MEXICO CITY (Reuters) - At least 33 mutilated corpses have been found buried in an area of western Mexico where drug cartels are battling each other, officials said on Friday, the latest in a series of grisly finds amid a scourge of gang-related violence.
The bodies, which showed signs of torture, were found in 19 ditches in La Barca, on the border between the states of Michoacan and Jalisco, where a clutch of rival cartels operate.
Experts began searching the area based on comments from 25 municipal police who were detained, accused of links to criminal organizations. Some of them had said corpses of people killed by rival gangs were dumped in the area.
“It looks like a minefield ... The excavations have been carried out based on the declarations of the detained police,” an official at the attorney general’s office told Reuters, declining to be identified for security reasons.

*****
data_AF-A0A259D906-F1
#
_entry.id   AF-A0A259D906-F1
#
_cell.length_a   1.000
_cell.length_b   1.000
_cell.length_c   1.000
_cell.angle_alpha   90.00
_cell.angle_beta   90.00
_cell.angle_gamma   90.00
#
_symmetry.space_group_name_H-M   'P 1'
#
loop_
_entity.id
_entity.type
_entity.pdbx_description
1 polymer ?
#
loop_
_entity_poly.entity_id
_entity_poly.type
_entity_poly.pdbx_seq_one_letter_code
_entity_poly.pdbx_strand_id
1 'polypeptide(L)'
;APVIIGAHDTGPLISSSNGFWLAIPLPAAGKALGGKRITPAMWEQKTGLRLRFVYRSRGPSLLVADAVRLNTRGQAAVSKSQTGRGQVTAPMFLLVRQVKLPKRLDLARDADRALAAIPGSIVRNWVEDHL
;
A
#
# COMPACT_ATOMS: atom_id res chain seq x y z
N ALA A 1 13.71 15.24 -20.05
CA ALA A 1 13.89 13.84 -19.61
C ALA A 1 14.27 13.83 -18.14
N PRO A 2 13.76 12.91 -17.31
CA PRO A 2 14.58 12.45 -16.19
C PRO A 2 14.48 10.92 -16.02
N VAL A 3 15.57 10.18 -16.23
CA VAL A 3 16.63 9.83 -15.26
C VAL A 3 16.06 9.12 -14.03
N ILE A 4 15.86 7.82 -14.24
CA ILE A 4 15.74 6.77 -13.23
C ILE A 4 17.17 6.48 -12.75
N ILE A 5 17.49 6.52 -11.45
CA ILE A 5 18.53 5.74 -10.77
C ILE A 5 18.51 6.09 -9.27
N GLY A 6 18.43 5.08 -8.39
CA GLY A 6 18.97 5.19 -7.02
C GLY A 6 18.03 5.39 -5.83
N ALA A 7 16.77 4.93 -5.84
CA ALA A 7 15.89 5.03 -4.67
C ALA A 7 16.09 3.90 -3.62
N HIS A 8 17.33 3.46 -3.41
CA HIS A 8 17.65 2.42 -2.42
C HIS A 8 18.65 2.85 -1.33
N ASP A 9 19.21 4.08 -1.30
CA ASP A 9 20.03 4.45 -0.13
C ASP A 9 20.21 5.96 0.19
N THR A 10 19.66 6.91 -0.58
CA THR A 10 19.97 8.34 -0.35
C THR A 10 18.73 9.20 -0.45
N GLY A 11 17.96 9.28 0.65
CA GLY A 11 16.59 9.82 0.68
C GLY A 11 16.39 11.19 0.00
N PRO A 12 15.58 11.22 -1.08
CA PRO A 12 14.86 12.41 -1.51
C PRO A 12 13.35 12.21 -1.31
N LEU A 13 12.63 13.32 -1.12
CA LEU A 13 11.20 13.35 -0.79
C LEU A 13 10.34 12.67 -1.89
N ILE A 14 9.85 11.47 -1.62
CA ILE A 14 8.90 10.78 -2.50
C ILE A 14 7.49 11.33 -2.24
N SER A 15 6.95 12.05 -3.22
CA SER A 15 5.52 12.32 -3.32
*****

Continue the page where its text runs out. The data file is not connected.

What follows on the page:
“We haven’t ruled out that there could be more bodies.”
Mexico has suffered from a wave of drug-related violence, with about 1,000 people a month dying in gangland killings. About 80,000 people have died since 2007 in cartel violence.
President Enrique Pena Nieto has sought to shift the focus away from drug violence that dominated his predecessor’s term and onto economic reforms he is seeking to push through Congress.
Pena Nieto vowed to focus on reducing violent crime and extortion rather than going head to head with drug bosses. However, the steady stream of killings has continued unabated.
Editing by Simon Gardner and Doina Chiacu